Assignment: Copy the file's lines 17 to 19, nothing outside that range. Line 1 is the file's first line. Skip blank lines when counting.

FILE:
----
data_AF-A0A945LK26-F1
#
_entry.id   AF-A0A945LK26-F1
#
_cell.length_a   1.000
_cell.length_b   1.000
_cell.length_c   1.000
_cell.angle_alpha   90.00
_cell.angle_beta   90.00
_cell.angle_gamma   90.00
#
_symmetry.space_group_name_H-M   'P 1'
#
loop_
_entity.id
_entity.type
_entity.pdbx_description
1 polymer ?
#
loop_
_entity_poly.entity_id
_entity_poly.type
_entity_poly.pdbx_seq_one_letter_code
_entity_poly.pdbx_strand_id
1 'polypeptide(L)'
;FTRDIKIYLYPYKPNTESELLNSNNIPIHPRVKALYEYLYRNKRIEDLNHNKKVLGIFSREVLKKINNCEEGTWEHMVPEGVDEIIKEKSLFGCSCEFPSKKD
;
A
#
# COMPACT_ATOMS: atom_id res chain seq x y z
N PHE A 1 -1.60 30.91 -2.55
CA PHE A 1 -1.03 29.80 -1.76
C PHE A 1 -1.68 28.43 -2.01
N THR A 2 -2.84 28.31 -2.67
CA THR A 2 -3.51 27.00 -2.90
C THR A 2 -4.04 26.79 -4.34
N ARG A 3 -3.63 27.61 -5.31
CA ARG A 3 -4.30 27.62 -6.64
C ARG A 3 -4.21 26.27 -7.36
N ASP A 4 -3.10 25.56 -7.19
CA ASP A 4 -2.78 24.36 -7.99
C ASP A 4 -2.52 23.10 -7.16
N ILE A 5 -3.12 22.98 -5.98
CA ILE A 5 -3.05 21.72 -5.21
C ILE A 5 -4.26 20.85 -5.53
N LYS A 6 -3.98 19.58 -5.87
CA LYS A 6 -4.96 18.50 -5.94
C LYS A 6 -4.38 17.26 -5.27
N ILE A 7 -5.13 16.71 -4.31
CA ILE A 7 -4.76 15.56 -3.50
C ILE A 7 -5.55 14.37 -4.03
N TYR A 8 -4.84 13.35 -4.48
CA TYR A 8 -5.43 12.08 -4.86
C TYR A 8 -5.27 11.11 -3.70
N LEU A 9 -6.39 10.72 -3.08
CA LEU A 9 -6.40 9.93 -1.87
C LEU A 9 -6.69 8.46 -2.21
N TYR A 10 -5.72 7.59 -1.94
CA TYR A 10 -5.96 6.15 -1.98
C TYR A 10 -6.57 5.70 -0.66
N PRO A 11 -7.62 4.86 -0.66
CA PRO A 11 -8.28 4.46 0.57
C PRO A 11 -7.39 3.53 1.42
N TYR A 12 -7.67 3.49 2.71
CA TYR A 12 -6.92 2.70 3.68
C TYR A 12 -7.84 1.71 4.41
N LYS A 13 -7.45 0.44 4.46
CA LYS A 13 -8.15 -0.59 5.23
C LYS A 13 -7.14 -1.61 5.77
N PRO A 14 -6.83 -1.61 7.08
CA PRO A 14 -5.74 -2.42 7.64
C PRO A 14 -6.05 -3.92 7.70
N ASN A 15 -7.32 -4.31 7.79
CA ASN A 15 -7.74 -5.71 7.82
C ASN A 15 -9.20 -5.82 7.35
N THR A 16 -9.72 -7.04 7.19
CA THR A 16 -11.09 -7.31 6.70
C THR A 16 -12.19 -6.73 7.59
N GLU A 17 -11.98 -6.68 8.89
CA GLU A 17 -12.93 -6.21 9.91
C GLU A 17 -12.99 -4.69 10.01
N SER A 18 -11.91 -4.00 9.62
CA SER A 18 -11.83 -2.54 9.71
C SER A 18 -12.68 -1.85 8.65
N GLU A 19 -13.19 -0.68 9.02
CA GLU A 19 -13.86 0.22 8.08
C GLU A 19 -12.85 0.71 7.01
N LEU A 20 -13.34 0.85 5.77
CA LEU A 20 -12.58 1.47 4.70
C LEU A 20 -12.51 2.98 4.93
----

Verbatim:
_entity.pdbx_description
1 polymer ?
#